There are specific careers that where women aren’t prominent, but we can begin changing that through inclusive entry pathways such as scholarships, flexible hours or hybrid working. It goes beyond creating a female-friendly environment, but rather a gender-neutral climate where people are comfortable. An example is the conversation on extended maternity and paternity leave.
Creating this environment is not only beneficial to people, but also to the organisation. I worked for a company that sponsored your further learning, and if you pass the exam, the cost is reimbursed. This was available to everyone and not only furthered individual growth but benefitted the company because their teams’ skills were enhanced.
We’ve come a long way, but it’s definitely not enough, how do you think girls and women in Africa can support themselves with training, education, etc. and each other in reaching their goals to have a successful career path?
The first thing I’d say is you’ve got to believe that you can. You have to believe. And I said during my introduction that I had people around me who believed in me even when I didn’t which is fundamental to our mental wellbeing and growth. When overwhelmed, take a step back for a moment. We have a motivational saying in Nigeria that translates as ‘the people that are doing it don’t have two heads’ which means I can do it too.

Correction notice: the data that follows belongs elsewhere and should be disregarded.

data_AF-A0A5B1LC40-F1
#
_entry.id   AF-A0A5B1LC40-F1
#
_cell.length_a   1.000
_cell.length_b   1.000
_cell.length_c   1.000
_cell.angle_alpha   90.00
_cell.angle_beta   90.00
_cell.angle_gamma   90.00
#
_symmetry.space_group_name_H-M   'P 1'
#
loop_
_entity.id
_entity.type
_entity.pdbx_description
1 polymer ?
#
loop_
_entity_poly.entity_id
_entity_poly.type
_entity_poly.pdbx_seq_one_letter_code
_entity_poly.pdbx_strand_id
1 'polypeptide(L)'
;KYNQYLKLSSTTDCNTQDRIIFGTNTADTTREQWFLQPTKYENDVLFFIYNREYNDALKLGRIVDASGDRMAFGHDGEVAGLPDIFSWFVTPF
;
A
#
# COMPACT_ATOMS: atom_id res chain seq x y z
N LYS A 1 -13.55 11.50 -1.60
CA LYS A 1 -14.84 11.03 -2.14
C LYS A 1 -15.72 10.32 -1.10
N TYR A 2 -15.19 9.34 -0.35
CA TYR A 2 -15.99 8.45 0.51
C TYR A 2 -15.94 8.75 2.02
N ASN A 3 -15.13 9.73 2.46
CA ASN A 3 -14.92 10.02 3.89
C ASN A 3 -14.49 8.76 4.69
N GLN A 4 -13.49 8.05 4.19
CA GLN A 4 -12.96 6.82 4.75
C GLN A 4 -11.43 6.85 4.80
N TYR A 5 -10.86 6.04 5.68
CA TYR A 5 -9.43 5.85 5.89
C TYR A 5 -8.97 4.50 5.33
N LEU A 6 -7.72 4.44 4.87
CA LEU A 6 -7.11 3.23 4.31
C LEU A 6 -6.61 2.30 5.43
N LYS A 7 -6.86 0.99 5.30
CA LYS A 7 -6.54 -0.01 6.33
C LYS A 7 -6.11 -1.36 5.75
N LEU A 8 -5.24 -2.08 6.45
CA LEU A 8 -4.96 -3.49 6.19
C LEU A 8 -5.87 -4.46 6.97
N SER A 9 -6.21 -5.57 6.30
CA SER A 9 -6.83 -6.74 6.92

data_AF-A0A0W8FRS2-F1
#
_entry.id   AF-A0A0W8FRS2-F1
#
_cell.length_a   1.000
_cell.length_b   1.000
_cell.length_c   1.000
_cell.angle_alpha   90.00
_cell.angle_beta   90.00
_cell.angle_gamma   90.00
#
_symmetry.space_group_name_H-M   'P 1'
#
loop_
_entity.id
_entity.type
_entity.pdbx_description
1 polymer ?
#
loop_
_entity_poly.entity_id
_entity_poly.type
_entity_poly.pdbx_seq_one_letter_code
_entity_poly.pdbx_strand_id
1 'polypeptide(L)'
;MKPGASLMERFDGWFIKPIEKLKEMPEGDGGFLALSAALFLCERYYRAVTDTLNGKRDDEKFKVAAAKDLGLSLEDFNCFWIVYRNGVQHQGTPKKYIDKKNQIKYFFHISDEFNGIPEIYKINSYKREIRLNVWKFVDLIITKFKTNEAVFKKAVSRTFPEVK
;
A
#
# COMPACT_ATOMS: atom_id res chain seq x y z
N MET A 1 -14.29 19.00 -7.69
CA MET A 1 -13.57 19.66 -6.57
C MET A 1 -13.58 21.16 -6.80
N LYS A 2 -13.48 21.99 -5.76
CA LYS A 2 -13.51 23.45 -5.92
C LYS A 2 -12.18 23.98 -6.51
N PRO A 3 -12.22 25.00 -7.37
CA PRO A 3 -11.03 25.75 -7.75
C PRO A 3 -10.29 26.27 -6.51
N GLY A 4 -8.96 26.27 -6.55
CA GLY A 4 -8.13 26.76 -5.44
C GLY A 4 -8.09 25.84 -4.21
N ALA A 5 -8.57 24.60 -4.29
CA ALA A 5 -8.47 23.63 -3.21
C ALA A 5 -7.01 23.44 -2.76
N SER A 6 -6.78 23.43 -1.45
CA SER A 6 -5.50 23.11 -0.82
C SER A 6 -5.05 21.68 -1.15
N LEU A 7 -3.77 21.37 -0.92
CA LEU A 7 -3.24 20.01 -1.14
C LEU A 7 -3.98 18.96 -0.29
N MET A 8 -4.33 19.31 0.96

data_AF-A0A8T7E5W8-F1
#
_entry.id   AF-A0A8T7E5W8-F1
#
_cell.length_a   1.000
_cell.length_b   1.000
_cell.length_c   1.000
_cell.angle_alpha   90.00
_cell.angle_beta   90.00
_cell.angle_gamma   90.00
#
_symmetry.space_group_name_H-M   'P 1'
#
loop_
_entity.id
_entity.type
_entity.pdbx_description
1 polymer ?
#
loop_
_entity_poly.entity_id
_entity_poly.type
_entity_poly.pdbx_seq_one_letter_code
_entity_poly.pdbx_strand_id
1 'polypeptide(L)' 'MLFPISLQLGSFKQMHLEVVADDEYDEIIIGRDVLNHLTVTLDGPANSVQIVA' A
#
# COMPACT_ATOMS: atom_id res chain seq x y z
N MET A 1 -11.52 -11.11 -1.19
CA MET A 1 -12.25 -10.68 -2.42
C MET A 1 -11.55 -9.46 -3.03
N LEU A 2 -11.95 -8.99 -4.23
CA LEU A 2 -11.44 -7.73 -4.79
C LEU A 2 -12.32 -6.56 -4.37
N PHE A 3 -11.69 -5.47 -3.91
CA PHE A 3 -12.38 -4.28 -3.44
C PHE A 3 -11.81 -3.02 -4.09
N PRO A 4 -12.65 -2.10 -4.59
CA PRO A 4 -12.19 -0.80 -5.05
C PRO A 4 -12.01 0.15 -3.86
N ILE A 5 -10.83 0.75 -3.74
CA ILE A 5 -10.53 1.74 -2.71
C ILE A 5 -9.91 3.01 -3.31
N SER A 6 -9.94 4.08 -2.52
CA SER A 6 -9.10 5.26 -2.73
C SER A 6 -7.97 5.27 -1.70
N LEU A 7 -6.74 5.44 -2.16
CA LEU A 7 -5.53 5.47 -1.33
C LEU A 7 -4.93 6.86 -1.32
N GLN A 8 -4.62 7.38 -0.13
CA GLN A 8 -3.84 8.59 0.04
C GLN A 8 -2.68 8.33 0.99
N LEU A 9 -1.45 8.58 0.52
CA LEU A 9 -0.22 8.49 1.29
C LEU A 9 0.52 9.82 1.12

Secondly, I would say that there’s no excuse for not learning. Google is your friend. Learning has become so much easier and is accessible to all, so you don’t need to go to a classroom. You can learn so much from the Internet through courses and by reading a book. Surround yourself with people who challenge your mindset. It’s important we realise that we can’t do everything by ourselves. And if you surround yourself with people who know better than you, the chances are that you would have the opportunity to ask the right questions and get the answers. There’s no stupid question.
There’s an opinion that women often need assert a certain level of dominance to be taken seriously in any level or position. Could you give our viewers some advice on how to professionally assert their presence in the room from your experience as a senior member of your team and also a front-facing member?
Everyone, male or female, needs to assert a certain level of confidence, not necessarily dominance, but confidence in doing anything. What is wrong is when that confidence is perceived especially for women, as aggression. That stereotype of a confident woman being aggressive is a bias we need to break. You should express your opinions and people should respect the opinions of others because it makes us all better. To assert yourself you need to first understand yourself and who you are. And then it’s who you are communicating with – senior management, peers, customers, etc.
Dominance also isn’t ‘only my way works’ because we all do things differently and yet we can achieve the same result. If you know your strengths, you can play to them and be confident in your abilities which is why I say it’s so important to know yourself first.